Hex A.D. – Funeral Tango for Gods & Men Review

Much like a first love, a first review will always hold a special place in your heart. I popped my AMG cherry on Hex A.D.’s cheeky 2018 offering, Netherworld Triumphant. While dad-metal isn’t usually my thing, the confident and eclectic blend of influences the band served up, ranging from Cathedral to Sabbath, may not have been original, but it sure was a lot of fun. 2020’s follow-up, Astrotongue in the Electric Garden, dialed up the sex references even further, doubled down on the psychedelia, and signposted a band on the cusp of something great. When Funeral Tango for Gods and Men (FTfGaM) dropped, I took one look at the zany cover and figured this was it: these Norwegians were ready to ascend.

For someone who’s only been allowed access to the AMG headquarters for three years, it’s unusual to be on a third review for the same band. I get worried when artists pump out new material so quickly. In the case of Hex A.D., the band used the lock-down imposed by the Covid-19 pandemic to begin planning new music almost as soon as Astrotongue in the Electric Garden dropped. But while the cover of their latest collection promises more zaniness, it’s a far grittier and more somber record than its predecessors. Guitarist and lead singer Rick Hagan has stated that FTfGaM is a more personal and melancholic album for him, and the music reflects this. Gone are the more improvisational, psychedelic moments that made Astrotongue in the Electric Garden so eccentric and interesting. In their stead, we have mid-paced, doomy, hard rock, slathered in regret and sadness. While this probably reflects the miserable time many of us went through during the pandemic, it unfortunately deviates away from Hex A.D.’s core strengths.

Fundamentally, FTfGaM suffers from an identity crisis. What made previous albums interesting was the sheer eclecticism on display. Sure, Hex A.D. was borrowing generously from other, more established acts, but they did it with verve, panache and—most importantly—fun. FTfGaM has lost much of the fun, jettisoned nearly all the weirdness, and created songs that barely move out of mid-paced doom tempo. The results are plodders that advance with all the momentum and surprise of a sedated caterpillar through treacle. “Got the Devil by the Tail” and “One Day of Wrath, Another Gesture of Faith” both crawl on for more than eight minutes each without any discernible tempo change or sense of urgency. The anger and sadness that pervade the tracks stand in contrast to the fuzzed-out production. The album is like listening to a long, slow, angry rant by a stoned neighbor. You can decide for yourself how much fun that sounds.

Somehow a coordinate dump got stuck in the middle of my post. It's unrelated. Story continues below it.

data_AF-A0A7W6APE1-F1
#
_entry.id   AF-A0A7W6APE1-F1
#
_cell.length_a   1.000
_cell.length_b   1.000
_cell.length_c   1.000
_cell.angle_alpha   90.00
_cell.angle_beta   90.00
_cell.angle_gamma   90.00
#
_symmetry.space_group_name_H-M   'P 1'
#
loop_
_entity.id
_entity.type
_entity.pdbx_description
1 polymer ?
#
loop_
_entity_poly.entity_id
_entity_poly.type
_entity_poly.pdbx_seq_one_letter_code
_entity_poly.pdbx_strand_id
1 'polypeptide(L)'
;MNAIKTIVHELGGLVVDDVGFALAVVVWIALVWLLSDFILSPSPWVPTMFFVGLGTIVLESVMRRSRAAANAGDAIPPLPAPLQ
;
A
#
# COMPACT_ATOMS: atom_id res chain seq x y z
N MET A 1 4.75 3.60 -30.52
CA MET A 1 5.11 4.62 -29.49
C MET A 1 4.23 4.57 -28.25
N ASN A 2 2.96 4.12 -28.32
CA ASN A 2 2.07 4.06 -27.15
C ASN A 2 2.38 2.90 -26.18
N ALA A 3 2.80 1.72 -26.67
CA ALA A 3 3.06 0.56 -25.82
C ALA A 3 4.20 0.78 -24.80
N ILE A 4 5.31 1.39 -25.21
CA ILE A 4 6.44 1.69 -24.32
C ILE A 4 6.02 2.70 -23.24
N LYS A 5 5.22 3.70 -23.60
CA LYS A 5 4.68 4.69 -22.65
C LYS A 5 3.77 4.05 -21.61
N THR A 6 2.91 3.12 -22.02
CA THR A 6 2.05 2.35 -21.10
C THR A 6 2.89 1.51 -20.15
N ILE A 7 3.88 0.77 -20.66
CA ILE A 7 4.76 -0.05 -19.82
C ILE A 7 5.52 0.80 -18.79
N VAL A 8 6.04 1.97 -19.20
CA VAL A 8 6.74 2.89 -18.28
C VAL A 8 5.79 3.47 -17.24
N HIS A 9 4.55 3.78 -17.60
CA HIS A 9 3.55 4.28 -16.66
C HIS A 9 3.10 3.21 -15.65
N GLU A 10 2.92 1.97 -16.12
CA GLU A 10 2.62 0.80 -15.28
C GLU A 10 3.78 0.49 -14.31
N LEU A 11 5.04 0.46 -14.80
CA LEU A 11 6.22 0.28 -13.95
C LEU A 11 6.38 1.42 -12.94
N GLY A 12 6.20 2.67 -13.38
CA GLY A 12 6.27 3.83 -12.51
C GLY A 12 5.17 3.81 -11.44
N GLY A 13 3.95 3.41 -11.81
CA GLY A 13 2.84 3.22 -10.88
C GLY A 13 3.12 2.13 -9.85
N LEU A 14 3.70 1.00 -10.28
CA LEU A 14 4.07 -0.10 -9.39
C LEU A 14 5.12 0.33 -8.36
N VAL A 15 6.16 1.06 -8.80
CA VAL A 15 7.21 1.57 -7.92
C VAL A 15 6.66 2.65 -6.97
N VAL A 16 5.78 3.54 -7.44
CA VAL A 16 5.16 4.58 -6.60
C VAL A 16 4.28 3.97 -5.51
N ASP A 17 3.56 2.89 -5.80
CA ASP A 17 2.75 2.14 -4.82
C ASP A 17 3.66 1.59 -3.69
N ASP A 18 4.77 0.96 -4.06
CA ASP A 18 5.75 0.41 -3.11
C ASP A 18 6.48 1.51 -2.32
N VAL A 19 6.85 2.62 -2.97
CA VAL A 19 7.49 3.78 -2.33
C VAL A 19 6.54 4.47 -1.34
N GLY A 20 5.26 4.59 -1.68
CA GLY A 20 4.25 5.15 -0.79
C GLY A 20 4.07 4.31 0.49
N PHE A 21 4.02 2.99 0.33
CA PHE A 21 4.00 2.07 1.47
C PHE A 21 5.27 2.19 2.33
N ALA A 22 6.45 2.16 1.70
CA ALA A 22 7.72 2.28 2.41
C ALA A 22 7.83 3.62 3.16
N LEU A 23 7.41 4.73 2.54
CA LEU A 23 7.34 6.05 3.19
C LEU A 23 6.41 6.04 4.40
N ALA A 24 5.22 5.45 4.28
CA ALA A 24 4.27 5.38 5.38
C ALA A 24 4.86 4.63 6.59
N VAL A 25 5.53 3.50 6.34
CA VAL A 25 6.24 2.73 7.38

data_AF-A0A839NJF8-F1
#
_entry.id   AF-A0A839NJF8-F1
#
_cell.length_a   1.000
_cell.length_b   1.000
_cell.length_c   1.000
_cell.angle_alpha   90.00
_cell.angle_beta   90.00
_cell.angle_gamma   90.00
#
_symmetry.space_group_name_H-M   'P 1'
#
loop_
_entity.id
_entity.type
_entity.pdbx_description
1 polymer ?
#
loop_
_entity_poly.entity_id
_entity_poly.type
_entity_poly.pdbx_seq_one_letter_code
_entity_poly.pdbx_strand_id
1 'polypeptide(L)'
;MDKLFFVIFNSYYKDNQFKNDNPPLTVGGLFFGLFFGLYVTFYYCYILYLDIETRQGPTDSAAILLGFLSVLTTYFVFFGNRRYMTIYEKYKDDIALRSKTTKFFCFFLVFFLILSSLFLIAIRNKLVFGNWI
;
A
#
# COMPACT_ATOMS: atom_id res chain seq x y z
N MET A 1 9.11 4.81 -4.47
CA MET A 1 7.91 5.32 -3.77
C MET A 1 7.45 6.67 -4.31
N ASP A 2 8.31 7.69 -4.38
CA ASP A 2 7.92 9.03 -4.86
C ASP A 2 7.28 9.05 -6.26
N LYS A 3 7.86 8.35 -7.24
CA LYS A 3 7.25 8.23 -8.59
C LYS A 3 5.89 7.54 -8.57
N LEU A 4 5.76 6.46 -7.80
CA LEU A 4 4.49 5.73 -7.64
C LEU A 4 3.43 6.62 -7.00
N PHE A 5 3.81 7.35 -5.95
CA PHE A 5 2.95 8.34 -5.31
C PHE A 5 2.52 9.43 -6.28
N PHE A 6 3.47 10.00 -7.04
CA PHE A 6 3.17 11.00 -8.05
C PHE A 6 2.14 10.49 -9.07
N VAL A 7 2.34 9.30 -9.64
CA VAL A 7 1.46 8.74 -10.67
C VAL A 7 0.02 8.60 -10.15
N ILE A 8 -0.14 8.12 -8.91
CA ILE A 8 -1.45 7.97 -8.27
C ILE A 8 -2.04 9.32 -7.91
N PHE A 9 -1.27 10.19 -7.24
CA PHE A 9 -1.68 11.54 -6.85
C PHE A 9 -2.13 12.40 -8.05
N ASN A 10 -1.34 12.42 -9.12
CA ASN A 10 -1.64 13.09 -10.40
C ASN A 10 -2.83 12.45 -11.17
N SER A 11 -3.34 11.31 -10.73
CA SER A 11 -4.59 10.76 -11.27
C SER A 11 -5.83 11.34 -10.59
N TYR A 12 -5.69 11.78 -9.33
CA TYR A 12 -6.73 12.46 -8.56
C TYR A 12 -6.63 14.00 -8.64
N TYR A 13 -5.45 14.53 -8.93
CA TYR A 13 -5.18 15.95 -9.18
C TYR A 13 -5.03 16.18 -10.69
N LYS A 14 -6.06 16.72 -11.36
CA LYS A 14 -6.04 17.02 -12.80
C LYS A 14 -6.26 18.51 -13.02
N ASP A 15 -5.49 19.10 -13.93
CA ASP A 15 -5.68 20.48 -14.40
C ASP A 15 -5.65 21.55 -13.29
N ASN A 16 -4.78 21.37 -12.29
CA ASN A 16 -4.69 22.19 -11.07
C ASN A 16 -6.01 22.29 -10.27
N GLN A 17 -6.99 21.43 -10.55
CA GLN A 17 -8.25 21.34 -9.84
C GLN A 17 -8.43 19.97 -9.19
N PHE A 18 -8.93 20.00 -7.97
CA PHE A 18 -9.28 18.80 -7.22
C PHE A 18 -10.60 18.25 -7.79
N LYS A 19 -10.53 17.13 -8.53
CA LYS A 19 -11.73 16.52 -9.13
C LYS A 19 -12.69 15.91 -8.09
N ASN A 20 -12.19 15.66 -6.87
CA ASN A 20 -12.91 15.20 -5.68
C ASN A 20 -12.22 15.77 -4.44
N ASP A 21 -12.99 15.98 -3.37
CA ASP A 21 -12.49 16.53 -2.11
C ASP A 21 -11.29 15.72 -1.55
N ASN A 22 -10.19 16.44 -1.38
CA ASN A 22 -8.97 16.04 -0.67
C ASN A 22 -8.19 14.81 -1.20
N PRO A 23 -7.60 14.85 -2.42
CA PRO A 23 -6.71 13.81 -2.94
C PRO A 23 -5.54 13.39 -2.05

On the plus side, these are experienced musicians who are more than capable of conjuring riffs out of nowhere. Mags Johansen’s mellotron is as delightful as ever, and adds an additional dimension to many of the tracks. When the band deviates from the plod, things get interesting; whether the lighter, cleaner sound of “Hell Hath No Fury” or the dense heaviness of “All the Rage,” there is more than enough subtlety exhibited in the former, and crunch and bite in the latter, to demonstrate the talent Hex A.D. possesses. Unfortunately, these songs are in the minority and occur towards the back-end, when attention has usually wandered.

I was really rooting for FTfGaM. Astrotongue nearly got an honorable mention on my year-end list last year, and I thought the band were going to lean into the psychedelic to make something special. Sadly, this was not to be. The latest album is thick, heavy and plodding, without the fun or the weirdness that made previous efforts so interesting. Without these elements, the derivative nature of the music really stands out, and the band’s identity is completely lost. This is a pity because I still believe Hex A.D. have something special in them. But angry, mid-paced doom is not it. Hardcore fans may find something here, but the rest of us will be hoping for more weirdness next time. I never thought I’d write this, but Hex A.D. needs less tango and more tongue.

 


Rating: 1.5/5.0
DR: 10 | Format Reviewed: 320 kbps mp3
Label: Fresh Tea
Websites: hex-ad.com/  |  facebook.com/hex.a.d
Releases Worldwide: October 22nd, 2021

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